Enzyme Therapy

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Updated on January 26, 2023

Enzyme TherapyEnzymes. You’ve probably heard the word here and there. The fact is that enzymes play
important roles in our body. But, it turns out, they may also play a big role when it comes to
fighting cancer.

It’s obvious that treatments like chemotherapy and radiation, despite being the standard, go-to
treatments for many cancers, have limitations of their own: cancer cells becoming resistant to
treatments like chemotherapy, the multitude of painful, uncomfortable side effects, are just a
few. That’s why new treatments are constantly needed.

Keep reading to learn more about how researchers are leveraging naturally-occurring enzymes
and how these strategies could help you in your cancer treatment journey.

What are enzymes?

What are enzymes?
Enzymes are found naturally in the body, and they play very important roles. At a very basic
level, enzymes function as a catalyst in the body. In other words, they initiate processes in the
body that are needed for daily functioning. Both plants and animals have enzymes to help them
carry out biological functions.

For example, amylase is an enzyme found in our saliva. It initiates a process for breaking
starches into sugars when we eat food. Other examples include lipase (found in the gut) and
trypsin (found in the small intestine).

What is enzyme therapy?

Enzyme therapy, as the name suggests, refers to the use of enzymes to treat cancer or
ameliorate the side effects of cancer treatment.

The most common types of enzymes used in cancer enzyme therapy include proteases
(bromelain, papain, or chymotrypsin). Proteases are a specific type of enzyme that break down
other proteins with the goal of producing more or new proteins.

Unfortunately, it’s still not exactly clear why enzyme therapy is helpful as a potential cancer
treatment and support therapy. Some research suggests that these enzymes lead to the
production of antiproteinases, which some research suggests can have anticancer effects,including helping affect the spreading of tumors and cancer cells around the body (metastasis).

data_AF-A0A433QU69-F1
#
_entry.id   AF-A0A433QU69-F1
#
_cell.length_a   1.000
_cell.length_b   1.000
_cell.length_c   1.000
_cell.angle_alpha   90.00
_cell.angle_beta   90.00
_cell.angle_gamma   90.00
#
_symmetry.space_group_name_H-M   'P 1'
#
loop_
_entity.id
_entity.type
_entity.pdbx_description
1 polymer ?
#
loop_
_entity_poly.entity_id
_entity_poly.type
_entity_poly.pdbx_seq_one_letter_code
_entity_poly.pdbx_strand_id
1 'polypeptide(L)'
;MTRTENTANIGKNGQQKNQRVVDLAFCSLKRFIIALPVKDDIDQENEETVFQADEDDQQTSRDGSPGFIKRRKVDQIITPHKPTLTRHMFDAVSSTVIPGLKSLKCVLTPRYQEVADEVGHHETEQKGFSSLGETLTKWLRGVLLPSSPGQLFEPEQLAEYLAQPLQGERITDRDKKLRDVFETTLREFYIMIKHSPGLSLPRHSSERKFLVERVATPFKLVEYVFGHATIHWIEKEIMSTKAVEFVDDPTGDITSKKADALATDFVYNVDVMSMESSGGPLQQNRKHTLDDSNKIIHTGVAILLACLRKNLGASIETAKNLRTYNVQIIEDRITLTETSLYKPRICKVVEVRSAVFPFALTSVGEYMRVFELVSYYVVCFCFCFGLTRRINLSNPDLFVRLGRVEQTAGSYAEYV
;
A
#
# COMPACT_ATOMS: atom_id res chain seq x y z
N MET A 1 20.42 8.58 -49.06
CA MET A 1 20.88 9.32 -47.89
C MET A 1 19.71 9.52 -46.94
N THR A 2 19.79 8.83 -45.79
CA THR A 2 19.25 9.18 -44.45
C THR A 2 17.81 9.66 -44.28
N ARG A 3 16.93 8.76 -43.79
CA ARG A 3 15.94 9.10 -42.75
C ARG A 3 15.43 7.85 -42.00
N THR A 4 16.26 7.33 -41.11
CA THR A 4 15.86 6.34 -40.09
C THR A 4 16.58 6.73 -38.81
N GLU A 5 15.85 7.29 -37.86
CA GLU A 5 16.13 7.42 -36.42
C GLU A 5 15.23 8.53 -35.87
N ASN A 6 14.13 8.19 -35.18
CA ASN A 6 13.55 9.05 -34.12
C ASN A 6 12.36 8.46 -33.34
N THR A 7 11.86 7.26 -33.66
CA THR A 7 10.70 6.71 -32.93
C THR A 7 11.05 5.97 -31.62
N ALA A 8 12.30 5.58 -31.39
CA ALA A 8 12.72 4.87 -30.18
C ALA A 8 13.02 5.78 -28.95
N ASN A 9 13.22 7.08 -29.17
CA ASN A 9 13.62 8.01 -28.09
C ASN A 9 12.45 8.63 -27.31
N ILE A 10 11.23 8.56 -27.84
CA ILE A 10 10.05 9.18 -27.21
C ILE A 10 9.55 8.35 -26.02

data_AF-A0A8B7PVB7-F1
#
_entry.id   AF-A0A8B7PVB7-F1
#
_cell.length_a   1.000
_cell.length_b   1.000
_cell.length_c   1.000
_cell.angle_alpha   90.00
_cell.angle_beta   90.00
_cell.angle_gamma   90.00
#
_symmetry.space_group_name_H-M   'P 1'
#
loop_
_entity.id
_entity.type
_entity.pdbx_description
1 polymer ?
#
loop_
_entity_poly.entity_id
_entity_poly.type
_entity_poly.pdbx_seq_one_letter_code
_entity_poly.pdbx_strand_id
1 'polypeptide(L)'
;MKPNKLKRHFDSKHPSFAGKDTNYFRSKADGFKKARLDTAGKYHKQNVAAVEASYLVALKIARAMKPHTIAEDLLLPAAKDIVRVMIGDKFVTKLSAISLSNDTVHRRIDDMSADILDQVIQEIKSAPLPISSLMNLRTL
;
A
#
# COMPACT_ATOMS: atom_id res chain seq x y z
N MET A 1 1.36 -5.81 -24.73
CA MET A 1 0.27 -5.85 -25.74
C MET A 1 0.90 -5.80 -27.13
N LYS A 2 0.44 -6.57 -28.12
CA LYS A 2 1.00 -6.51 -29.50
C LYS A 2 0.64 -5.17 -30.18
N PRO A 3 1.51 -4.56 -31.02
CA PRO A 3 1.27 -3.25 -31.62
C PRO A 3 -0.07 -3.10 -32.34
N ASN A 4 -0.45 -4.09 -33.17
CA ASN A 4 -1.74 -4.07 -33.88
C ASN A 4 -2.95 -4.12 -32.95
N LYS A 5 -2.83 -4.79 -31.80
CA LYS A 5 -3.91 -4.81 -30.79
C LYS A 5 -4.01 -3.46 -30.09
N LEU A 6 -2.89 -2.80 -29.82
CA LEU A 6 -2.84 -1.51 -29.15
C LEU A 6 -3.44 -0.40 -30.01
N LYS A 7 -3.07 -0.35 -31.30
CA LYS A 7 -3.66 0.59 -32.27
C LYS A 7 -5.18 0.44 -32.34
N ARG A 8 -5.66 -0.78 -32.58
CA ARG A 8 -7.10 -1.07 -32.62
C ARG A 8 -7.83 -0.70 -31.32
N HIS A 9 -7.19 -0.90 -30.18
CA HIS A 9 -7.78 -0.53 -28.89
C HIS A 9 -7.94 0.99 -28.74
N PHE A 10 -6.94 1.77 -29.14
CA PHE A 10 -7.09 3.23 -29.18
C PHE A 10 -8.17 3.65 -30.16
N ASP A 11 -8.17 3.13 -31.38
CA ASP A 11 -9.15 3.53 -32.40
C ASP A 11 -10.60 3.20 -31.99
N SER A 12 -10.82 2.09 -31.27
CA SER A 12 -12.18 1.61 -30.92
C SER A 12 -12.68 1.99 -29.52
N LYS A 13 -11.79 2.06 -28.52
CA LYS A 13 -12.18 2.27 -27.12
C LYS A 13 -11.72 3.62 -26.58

Is enzyme therapy effective for cancer?

 Is enzyme therapy effective for cancer?
While much more research is needed to conclusively say that enzyme therapy is effective,
existing research has produced promising results regarding enzyme therapy’s potential as an
anticancer treatment. Here are a few key findings from studies:

  • Preventing cancer cells from spreading. As mentioned above, certain types of
    enzymes in enzyme therapy could help prevent cancer cells from spreading throughout
    the body.
  • Targeting cancer with nanozymes. Cutting-edge research has explored the use of
    artificially-developed enzymes, called nanozymes, that could work in place of natural
    enzymes. However, limitations such as the low amount of activity these enzymes
    produce need to be overcome first.
  • Boosting the immune system. A lot of new cancer treatments focus less on targeting
    cancer directly and instead supporting the body to help it fight cancer more naturally.
    Some research has explored the possibility of using enzyme therapy to boost the
    immune system. One study explored the enzyme PEG-KYNase, which can help the
    immune system target cells that should not be there, such as cancer cells.
  • Preventing cancer. Some recent research has even explored how enzymes could play
    a role in preventing cancer. Specifically, researchers are looking at how certain enzymes
    could be the target of future drugs to prevent cancer, rather than using enzymes
    themselves to treat cancer.
  • Making immunotherapy more effective. Immunotherapies help boost the body’s
    immune system. However, they don’t always work for everyone. One study found that
    targeting a specific enzyme in the body could help boost the effectiveness of an
  • Treating the side effects of cancer treatments. Enzymes can help replace enzymatic
    activity that’s disrupted by cancer. For example, people with pancreatic cancer may
    benefit from enzyme replacement therapy. These enzymes can help support healthy
    pancreatic activity that may have been disrupted by cancer in the first place.

Is enzyme therapy safe?

Is enzyme therapy safe?
Generally speaking, enzyme therapy is safe, at least based on the available evidence. Nothing
serious has occurred in people who have received enzyme therapy, though there is some
evidence of mild gastrointestinal side effects following enzyme therapy.

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With any type of cancer treatment, it’s important to make sure you fully understand the available
treatment options and choose options that work for you. This should include talking to your
doctor before starting any cancer treatment. They can help you decide which treatment options
are right for you.


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